The Wall Street Journal: We Will Not Call A Lie A Lie.

Credit: Screenshot

Credit: Screenshot.

Since President-elect Donald Trump won the election, he has continued his campaign habit of making inconsistent, unverifiable, or even just obviously false statements. The American public is left to rely on the media to learn the truth and make sense of his proclamations.

That’s exactly what the media is supposed to do with any politician—when the President lies, it is the press’ obligation to tell the public. But it’s doubly important with a politician like Trump, whose entire political career has often been punctuated by flagrant lies.

But when Trump lies, the Wall Street Journal—the second largest paper by circulation in the country—will not call it a lie, according to the its editor-in-chief Gerard Baker.

“I’d be careful about using the word, ‘lie.’ ‘Lie’ implies much more than just saying something that’s false. It implies a deliberate intent to mislead,” Baker told Chuck Todd on Meet the Press on Sunday.

Well no shit, Sherlock. A lie is a deliberate intent to mislead. That would be why it’s called a lie. A falsehood. A fabrication. For fuck’s sake, it truly is Nineteen Eighty Four, and Doublespeak is here.

Instead, Baker said the paper would investigate the claim, and then present both sides: What Trump said, and what the paper found. Then, the readers will be left to decide which account is correct.

As an example, Baker cited one of Trump’s more outrageous lies: When he claimed that thousands of Muslims in New Jersey gathered on rooftops to celebrate 9/11. Baker noted that the WSJ investigated his claim and found it baseless.

Right. That’s an excellent example of a lie, a deliberate intent to mislead people into thinking this made up bullshit was true. So, it’s a LIE. Big, yuuuuge LIE. It’s okay to say so.

“I think it’s then up to the reader to make up their own mind to say, ‘This is what Donald Trump says. This is what a reliable, trustworthy news organization reports. And you know what? I don’t think that’s true.’ I think if you start ascribing a moral intent, as it were, to someone by saying that they’ve lied, I think you run the risk that you look like you are, like you’re not being objective,” he said.

Oh fuck you, with bells on. You can leave it up to people to decide whether or not they are okay with someone lying, you can’t prevent that anyway. What you can do is call a LIE a LIE.  That’s not a moral judgement, it’s reporting the truth. Idiot. And fuck all this “both sides” bullshit, too. I’m not interested in being fair to tyrants, facsists, compulsive liars, or nazis, among others.

The full story is at Think Progress.


  1. cubist says

    So… the WSJ thinks that Looking Objective is such a prize that they can’t even print [insert statement here] is false. I can sort of see how they might not want to use the word ‘lie’, on account of a lie is a false statement whose utterer knew it was false—’mistake’ is a better term for a false statement whose utterer didn’t know it was false, so the word ‘lie’ could be taken as an assertion that you know whether or not the utterer really was aware that they were talking shit—but the WSJ can’t even bring themselves to say [false statement] is false. Can’t even explicitly acknowledge that a falsehood is a falsehood, regardless of its utterer’s state of mind or level of knowledge.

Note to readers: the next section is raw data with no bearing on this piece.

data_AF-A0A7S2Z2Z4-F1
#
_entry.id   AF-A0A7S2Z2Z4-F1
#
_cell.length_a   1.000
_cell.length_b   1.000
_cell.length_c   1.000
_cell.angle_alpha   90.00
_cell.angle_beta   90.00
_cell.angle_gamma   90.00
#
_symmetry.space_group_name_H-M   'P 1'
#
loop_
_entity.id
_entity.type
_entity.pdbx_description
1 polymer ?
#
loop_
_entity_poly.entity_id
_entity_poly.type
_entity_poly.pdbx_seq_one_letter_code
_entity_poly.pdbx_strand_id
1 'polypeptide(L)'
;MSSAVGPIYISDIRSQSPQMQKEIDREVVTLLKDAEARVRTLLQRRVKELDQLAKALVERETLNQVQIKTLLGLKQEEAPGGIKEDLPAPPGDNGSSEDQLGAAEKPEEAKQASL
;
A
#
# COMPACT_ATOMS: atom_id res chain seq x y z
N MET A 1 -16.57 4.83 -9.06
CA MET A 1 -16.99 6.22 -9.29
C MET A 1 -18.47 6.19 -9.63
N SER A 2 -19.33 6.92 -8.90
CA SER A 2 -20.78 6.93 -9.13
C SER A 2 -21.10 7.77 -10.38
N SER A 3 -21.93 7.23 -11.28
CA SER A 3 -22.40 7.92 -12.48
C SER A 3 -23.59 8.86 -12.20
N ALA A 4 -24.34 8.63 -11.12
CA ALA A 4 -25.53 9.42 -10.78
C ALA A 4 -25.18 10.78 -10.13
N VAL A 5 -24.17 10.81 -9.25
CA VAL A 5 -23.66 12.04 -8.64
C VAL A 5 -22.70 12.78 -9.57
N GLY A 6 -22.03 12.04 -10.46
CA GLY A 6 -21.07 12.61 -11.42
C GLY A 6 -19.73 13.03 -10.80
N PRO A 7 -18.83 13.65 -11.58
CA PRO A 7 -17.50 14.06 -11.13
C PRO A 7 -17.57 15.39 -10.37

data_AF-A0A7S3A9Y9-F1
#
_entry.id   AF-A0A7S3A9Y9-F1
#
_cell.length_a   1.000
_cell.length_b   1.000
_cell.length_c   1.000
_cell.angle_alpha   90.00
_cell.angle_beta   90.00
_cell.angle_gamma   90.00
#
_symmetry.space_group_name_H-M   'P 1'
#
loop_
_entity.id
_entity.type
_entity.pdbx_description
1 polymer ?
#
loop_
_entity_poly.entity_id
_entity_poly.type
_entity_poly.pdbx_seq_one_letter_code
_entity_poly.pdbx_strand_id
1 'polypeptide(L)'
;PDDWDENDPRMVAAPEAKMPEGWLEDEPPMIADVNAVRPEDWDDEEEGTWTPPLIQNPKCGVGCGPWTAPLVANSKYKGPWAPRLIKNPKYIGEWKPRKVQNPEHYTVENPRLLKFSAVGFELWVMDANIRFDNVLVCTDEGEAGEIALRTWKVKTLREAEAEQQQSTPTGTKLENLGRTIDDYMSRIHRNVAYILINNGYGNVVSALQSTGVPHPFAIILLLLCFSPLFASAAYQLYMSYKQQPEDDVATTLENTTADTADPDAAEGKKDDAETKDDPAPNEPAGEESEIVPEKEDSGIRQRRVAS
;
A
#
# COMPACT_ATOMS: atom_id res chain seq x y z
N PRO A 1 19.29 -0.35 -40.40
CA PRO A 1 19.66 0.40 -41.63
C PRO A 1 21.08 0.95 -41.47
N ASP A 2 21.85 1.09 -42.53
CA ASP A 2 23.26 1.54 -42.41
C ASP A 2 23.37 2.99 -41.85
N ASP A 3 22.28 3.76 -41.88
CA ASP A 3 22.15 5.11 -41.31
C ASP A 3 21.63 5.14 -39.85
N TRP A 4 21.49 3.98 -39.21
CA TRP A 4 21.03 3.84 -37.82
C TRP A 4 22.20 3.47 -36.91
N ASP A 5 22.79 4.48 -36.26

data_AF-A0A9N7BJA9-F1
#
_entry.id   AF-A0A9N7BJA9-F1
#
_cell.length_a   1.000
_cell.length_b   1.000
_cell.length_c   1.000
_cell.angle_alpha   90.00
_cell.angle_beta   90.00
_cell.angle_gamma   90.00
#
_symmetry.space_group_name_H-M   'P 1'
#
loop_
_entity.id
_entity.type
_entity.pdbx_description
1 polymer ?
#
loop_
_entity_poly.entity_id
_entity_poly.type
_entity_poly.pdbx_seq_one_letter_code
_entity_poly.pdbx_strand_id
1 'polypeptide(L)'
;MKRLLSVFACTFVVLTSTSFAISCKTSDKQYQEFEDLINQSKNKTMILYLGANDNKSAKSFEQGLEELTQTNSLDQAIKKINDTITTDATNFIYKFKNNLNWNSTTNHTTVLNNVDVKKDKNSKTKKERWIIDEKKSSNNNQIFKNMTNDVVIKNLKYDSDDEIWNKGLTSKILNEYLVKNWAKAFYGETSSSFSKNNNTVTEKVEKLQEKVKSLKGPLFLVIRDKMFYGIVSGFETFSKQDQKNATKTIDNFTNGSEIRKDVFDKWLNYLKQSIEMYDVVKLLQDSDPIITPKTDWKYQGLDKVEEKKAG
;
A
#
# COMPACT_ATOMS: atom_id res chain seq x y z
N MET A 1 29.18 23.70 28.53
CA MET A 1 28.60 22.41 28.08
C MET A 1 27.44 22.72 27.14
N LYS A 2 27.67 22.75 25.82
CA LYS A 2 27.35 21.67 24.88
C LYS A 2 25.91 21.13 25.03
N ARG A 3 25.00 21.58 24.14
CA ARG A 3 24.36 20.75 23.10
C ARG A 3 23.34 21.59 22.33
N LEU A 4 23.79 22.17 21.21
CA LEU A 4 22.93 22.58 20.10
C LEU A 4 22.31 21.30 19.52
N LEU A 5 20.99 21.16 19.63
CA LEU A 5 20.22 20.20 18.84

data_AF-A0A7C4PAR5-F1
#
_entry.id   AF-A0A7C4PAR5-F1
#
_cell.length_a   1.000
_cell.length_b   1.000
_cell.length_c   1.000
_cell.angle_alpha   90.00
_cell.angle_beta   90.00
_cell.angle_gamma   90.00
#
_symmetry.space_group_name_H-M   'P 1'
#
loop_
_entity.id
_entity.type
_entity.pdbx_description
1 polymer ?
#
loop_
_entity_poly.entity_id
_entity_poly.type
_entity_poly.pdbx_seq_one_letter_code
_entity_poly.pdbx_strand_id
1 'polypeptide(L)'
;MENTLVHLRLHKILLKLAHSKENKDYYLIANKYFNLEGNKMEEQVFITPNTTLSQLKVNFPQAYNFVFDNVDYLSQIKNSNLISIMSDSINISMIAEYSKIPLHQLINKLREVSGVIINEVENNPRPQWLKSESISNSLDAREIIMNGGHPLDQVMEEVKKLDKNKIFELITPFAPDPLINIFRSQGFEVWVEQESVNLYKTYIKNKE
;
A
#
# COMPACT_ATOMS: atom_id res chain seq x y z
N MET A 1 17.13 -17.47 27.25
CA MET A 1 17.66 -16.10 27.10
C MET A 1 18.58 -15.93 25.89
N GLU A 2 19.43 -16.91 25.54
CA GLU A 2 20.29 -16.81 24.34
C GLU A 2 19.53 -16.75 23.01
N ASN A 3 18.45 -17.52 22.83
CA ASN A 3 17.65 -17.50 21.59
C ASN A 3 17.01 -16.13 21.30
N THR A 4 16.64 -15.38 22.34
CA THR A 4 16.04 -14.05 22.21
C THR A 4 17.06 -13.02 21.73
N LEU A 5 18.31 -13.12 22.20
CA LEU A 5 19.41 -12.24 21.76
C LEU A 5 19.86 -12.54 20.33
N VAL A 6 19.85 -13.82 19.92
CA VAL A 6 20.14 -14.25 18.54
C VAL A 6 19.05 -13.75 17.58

Since when has Looking Objective ever required one to not explicitly acknowledge the difference between true statements and false statements?

  2. chigau (ever-elliptical) says

    If they won’t call the inaccurate statements “lies”
    couldn’t they call Trump “thick as two short planks”?

  3. says

    Well no shit, Sherlock. A lie is a deliberate intent to mislead.

    In which case, I have to somewhat agree with him. He has no way to know for sure if there is a deliberate intent to mislead or if Trump just happens to be mistaken. I could be OK with that if he’d at least be sure to make it clear that the things Trump says are completely false. But, he goes off the rails when he takes this attitude of “Oh, we’ll just report what we find and let our readers decide.” That’s just stupid.

  4. naturalcynic says

    At some point the number of misstatements becomes too high to say anything other than they were lies. Trump passed that threshold at least a decade ago. Unless there is some kind of psychopathology where never knowing or understanding what the truth is is evident. In either case, it should be a disqualification and the utterer should be categorically ignored.

  5. samihawkins says

    So we have major news organizations openly admitting that Trump can lie all he wants and they won’t call him out on it, but my fellow liberals still cling to the delusion that he can be stopped with truth and facts.

    Because it’d be wrooong to resort to lies and propaganda. Doesn’t matter that the GOP just used lies and propaganda to take over all three branches of our government, we still can’y use those tactics because they’re wroooooong and doing something wrooooooooong is apparently worse than standing by and watching the GOP annihlate every progressive gain of the last century.

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